final until disposition of timely filed motion for rehearing.
Appeal from the Circuit Court for Miami-Dade County Lower
Tribunal No. 13-34634, Thomas J. Rebull, Judge.
Carlyle Appellate Law Firm and Christopher V. Carlyle
(Orlando), for appellants.
Waas, Hernandez, Cortina, Solomon & Bonner, P.A., and
Glenn P. Falk, Richard A. Warren and Scott E. Solomon, for
FERNANDEZ, LOGUE and MILLER, JJ.
plaintiffs, Misty Mobley and her husband, Tavaris Sanders
(collectively referred to as the Mobleys), individually and
on behalf of their minor son, Tavarion Sanders, appeal the
trial court's "Order on Defendant, Homestead
Hospital, Inc. d/b/a Homestead Hospital's Motion for
Summary Final Judgment and Entry of Final Judgment"
rendered on January 2, 2018. As we are unable to find the
absence of a genuine issue of material fact with respect to
the date that the statute of limitations began to run in this
case, we reverse the Summary Final Judgment entered in
Homestead Hospital, Inc.'s favor.
a complex medical malpractice case involving the delivery of
a baby born with a neurological injury allegedly due to the
improper care by defendants Homestead Hospital, Inc.
("Homestead Hospital"), Mohammad Shahmohamady,
M.D., Mohammad Shahmohamady, M.D., P.A., and Manuel Antonio
Cuello. Tavarion was born on September 16, 2009. At the time
of the delivery, neither the hospital nor Dr. Shahmohamady
(the delivering doctor) advised the Mobleys that Tavarion
suffered any injuries during delivery. Tavarion was kept in
the hospital for ten days after his birth, Ms. Mobley was
told, due to an infection. On September 17, 2009, an
ultrasound of Tavarion's brain was performed at Homestead
Hospital and reported by Dr. Kenneth Mendelson as an
"unremarkable head ultrasound." At the time
Tavarion was discharged, Mrs. Mobley was told he was healthy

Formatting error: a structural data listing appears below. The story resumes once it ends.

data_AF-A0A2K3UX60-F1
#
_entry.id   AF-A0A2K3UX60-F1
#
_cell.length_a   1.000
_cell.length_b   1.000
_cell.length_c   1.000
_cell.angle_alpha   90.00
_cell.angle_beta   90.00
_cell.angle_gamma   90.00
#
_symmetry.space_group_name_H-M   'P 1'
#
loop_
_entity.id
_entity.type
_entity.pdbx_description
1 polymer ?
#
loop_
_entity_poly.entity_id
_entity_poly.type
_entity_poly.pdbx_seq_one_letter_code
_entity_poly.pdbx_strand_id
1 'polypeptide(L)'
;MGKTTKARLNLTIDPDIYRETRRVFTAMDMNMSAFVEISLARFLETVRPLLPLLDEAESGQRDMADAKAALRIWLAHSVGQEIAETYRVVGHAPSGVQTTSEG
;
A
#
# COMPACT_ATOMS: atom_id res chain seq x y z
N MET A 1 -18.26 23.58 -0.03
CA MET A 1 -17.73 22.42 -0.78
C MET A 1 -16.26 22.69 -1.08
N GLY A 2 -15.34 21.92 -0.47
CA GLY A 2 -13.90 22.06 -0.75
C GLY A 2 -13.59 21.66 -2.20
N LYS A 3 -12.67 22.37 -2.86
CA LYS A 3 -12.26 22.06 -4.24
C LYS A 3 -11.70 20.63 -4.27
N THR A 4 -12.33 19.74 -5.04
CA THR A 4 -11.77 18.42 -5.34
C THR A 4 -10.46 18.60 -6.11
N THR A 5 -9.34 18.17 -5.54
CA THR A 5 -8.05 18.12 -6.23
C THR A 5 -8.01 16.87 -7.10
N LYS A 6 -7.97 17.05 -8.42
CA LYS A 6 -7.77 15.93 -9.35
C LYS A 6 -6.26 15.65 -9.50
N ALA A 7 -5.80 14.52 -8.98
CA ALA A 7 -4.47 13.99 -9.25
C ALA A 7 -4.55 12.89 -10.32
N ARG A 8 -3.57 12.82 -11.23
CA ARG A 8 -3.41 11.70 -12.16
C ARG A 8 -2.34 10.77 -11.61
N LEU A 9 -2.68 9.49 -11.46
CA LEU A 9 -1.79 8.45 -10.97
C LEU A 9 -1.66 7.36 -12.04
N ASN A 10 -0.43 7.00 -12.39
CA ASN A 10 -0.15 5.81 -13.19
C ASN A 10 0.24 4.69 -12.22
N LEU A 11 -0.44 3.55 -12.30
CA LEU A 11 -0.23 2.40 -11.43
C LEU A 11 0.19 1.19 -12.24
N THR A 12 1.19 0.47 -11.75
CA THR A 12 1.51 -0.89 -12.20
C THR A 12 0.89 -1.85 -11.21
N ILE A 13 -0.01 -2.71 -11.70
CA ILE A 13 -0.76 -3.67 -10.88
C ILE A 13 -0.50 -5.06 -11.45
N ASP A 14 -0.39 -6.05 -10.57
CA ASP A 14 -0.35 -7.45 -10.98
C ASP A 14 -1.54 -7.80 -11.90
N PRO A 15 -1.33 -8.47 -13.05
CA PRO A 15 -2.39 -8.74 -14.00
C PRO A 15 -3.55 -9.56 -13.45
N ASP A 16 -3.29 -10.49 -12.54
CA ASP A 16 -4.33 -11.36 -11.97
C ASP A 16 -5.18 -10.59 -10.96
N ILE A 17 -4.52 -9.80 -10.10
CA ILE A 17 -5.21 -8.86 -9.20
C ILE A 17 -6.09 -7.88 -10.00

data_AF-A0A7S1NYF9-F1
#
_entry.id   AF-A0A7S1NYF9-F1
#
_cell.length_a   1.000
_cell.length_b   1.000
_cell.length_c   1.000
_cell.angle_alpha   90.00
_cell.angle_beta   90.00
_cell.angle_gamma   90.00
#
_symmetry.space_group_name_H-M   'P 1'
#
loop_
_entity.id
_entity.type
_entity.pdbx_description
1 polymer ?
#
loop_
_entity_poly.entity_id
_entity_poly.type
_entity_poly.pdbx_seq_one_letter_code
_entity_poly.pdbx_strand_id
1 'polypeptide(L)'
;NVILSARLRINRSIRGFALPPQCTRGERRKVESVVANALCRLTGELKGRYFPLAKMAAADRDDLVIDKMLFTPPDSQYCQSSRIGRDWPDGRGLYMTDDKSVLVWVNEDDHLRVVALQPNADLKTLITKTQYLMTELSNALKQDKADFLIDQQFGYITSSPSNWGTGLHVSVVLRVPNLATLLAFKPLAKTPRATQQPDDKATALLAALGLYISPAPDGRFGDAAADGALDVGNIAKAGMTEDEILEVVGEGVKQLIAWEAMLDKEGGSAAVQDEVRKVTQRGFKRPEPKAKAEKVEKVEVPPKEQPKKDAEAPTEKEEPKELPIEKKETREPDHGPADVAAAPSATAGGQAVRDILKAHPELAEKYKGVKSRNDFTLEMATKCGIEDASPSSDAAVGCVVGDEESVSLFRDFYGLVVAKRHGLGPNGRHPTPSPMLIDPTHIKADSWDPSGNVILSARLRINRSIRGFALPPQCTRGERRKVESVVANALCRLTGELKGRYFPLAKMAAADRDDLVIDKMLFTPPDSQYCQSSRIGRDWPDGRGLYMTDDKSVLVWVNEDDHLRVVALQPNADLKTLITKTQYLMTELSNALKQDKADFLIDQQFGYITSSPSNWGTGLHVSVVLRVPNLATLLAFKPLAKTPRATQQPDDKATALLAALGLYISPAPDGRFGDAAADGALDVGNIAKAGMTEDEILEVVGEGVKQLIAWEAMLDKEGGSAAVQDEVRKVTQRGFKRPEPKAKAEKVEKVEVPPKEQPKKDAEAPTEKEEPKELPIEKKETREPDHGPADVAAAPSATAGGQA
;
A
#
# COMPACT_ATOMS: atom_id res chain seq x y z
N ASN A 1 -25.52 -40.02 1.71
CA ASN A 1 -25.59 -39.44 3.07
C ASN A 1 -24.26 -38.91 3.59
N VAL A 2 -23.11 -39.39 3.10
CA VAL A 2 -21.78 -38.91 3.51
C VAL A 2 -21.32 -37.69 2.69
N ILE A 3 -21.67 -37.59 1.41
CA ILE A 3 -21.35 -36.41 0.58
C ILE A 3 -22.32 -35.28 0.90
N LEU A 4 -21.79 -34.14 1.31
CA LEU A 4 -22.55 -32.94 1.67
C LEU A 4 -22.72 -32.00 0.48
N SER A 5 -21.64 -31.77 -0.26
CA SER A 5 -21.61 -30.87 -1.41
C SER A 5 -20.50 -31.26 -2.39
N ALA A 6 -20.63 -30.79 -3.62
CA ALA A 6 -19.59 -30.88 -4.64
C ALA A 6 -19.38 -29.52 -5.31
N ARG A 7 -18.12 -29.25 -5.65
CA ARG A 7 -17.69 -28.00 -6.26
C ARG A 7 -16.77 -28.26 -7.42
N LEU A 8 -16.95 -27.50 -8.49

and normal. Months later, the Mobleys began to notice that
Tavarion was not meeting certain developmental milestones.
Tavarion's birth, Mrs. Mobley visited several doctors and
specialists to find out what was wrong with her son. In
January 2010, Tavarion's pediatrician, Dr. Amador at
QualMed of South Dade, Inc., diagnosed him with GERD and a
lazy eye. Nothing else was diagnosed. In March 2010, Tavarion
was evaluated by Dr. Charria-Ortiz, a neurologist with
Jackson Ambulatory Care Pediatric, for vomiting and delays.
Dr. Charria-Ortiz diagnosed Tavarion with gastroesophageal
reflux disease (GERD) and nothing else. On April 14, 2010,
Tavarion was seen by one of his specialists, pediatric
gastroenterologists Dr. Raghad Koutouby, and diagnosed only
with vomiting. An April 2010 CT scan performed on Tavarion
showed an old fractured skull injury.
2010, Mrs. Mobley requested additional Medicaid benefits for
Tavarion but was denied. On May 26, 2010, Mrs. Mobley stated
she met with attorney Jorge Silva to secure benefits for
Tavarion, including therapies and home nursing. Mrs. Mobley
denied that she retained Mr. Silva's law firm in order to
purse a medical malpractice claim. When Mrs. Mobley met with
Mr. Silva, no doctor had said anything about Tavarian having
a brain injury or diagnosed Tavarion with a brain injury. On
May 27, 2010, Mr. Silva sent a letter to Homestead Hospital